Blog Post · Book Review

Escape From the Land of Snows & In the Shadow of the Buddha

Here is a double review that I wrote a while ago and just realized had not yet been published. I thought it was going to be but it was not, so here it is. Enjoy.

Escape From the Land of Snows

The Young Dalai Lama’s Harrowing Flight to Freedom and the Making of a Spiritual Hero

by Stephan Talty

Crown, 320 pp., $26.00


In the Shadow of the Buddha

Secret Journeys, Sacred Histories and Spiritual Discovery in Tibet

by Matteo Pistono

Dutton, 272 pp., $25.95


“The Tibetans do not even have a word for ‘religion,” Stephan Talty writes in Escape From the Land of Snows, “It isn’t something apart. It abides in life always.”

In this Tibet resembles Russia, or at least Dostoyevsky’s view of its messianic claim, passionately expressed in his famous speech on Pushkin, to bear Christ into the world. That is, it is a nation that can be identified with its religion, Buddhism. Its mission, though, was not to bear Buddhism into the world but to be “keeper of the Dharma” (an English equivalent would, perhaps, be the word “gospel”) of the Buddha. For many years foreigners were not allowed to enter Tibet. “Westerners were seen as Tendra, enemies of the faith . . . . It was even permitted to kill intruders rather than let them contaminate Tibet.”

But the Dharma did go out in a way nobody planned, in the Dalai Lama’s exile. He began as an exile, really, chosen, or recognized, as the fourteenth reincarnation of Chenrizi, the bodhisattva of Infinite Compassion, at age two, exiled from his home, the village of Takster in northeastern Tibet, and moved to the capital Lhasa at age four. He lived an isolated life of study and meditation, allowed only “periodic visits” with his parents. The Dalai Lama has confessed to having had a “legendary temper,” and surrounded by tutors, he made friends with mice and the temple sweepers. “The Dalai Lama,” Talty writes, “had the curious fate of being neglected and spoiled at the same time.”

In a worldly view, this was not adequate preparation for what was to come, but when the Chinese invaded in 1950 and the state oracles made the Dalai Lama take the crown earlier than usual, “Faith transformed the Dalai Lama’s life just as Tibet entered a fatal crisis. And one can surmise that anxiety over what lay before him, and the fact that he was essentially alone in facing it, sent the Dalai Lama searching for a true compass. What is beyond question is that he found that direction, at long last, in the Dharma.”

But the Dalai Lama was given a tour of China by Mao and at first reassured that all would be well, though he was nonplussed by Mao’s leaning toward him during a dinner and saying that religion was poison, and a sense of foreboding overcame him as he returned home to Tibet. In 1954 the imprisonments and killings began. The CIA, tracking the native rebellion, began to sneak Khampa warriors—notorious bandits from eastern Tibet when they weren’t fighting the Chinese and who were loved by their CIA handlers–out of the country, train them in the U.S. then return them to Tibet with radios and codebooks.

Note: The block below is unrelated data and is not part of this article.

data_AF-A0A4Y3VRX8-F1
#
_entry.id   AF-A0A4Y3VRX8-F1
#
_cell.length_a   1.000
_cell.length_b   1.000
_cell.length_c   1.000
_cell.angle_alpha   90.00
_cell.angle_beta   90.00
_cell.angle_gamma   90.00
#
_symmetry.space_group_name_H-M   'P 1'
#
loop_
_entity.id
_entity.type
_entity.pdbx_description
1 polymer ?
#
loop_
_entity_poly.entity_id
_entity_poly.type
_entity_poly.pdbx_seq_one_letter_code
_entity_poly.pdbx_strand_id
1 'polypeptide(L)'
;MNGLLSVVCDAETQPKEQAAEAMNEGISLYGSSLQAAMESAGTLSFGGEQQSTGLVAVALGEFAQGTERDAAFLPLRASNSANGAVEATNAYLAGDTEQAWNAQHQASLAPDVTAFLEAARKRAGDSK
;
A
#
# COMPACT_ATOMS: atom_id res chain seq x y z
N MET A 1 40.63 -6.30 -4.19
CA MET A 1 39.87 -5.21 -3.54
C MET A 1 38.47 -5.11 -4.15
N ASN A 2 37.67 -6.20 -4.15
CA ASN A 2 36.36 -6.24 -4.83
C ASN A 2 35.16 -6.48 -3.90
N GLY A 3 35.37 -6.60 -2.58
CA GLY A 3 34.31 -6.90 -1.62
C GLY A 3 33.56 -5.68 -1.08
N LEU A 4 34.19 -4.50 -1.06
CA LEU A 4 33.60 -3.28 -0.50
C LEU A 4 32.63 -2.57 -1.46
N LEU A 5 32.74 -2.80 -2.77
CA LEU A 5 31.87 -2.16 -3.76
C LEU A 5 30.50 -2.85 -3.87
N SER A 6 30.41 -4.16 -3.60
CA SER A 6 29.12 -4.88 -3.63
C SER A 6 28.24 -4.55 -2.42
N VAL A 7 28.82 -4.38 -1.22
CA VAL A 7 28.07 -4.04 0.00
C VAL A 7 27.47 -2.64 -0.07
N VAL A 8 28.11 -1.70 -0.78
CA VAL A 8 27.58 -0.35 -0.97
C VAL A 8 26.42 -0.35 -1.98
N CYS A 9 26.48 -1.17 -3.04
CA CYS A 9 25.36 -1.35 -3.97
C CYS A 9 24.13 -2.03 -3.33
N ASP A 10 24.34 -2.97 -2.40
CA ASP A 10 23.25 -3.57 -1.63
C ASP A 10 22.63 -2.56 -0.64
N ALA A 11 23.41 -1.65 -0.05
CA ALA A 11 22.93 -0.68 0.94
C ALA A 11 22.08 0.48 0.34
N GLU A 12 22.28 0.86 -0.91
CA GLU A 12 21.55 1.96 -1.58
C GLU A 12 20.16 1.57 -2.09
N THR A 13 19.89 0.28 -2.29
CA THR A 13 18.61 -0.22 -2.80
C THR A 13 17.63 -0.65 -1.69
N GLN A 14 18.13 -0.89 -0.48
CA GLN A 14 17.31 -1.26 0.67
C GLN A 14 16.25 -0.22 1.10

In 1959, open rebellion broke out in Lhasa when a rumor spread that the Chinese were coming to take the Dalai Lama away. Using common sense and the state oracles (who seem curiously malleable throughout the book), the Dalai Lama and his prime minister decided he better get out of Lhasa or Mao would have him killed or forced into use as a puppet of the state. The party left in the night and slipped past both the Chinese and the protesters.

What follows would make a great movie. The Dalai Lama and his entourage, escorted by fierce Khampas over Himalayan passes, suffer through extreme hunger, malevolent snowstorms and their own fears and weaknesses. They meet up with two CIA-trained Tibetans who radio their CIA contact, John Greaney, about the escape. “The goal of the Tibetan Task Force’s mission at that point was simple and Greaney knew it: ‘to protect the Dalai Lama and get him out.’”

The Dalai Lama had planned on setting up a new government in far southern Tibet but the CIA wired back he had to get out. When the Dalai Lama learned of the atrocities the Chinese were committing and that they were hot on his trail, he reluctantly agreed.

Nobody knew, though, how the Indian prime minister, Nehru, would react. It was known that he did not want to antagonize the Chinese, so it was not a sure thing he would let the Dalai Lama enter his country. But because the message that the Dalai Lama was on his way to India came on a weekend, Greaney decided to wire Nehru directly. If the message had come on a weekday he would have had to go through the State Department. Somewhat surprisingly, Nehru allowed the Dalai Lama, by now sick with dysentery but who had proved his mettle during the trek by calming everyone when a Chinese plane spotted them, to go into exile in India. The Dharma, as the Tibetans see it, had gone out into the world.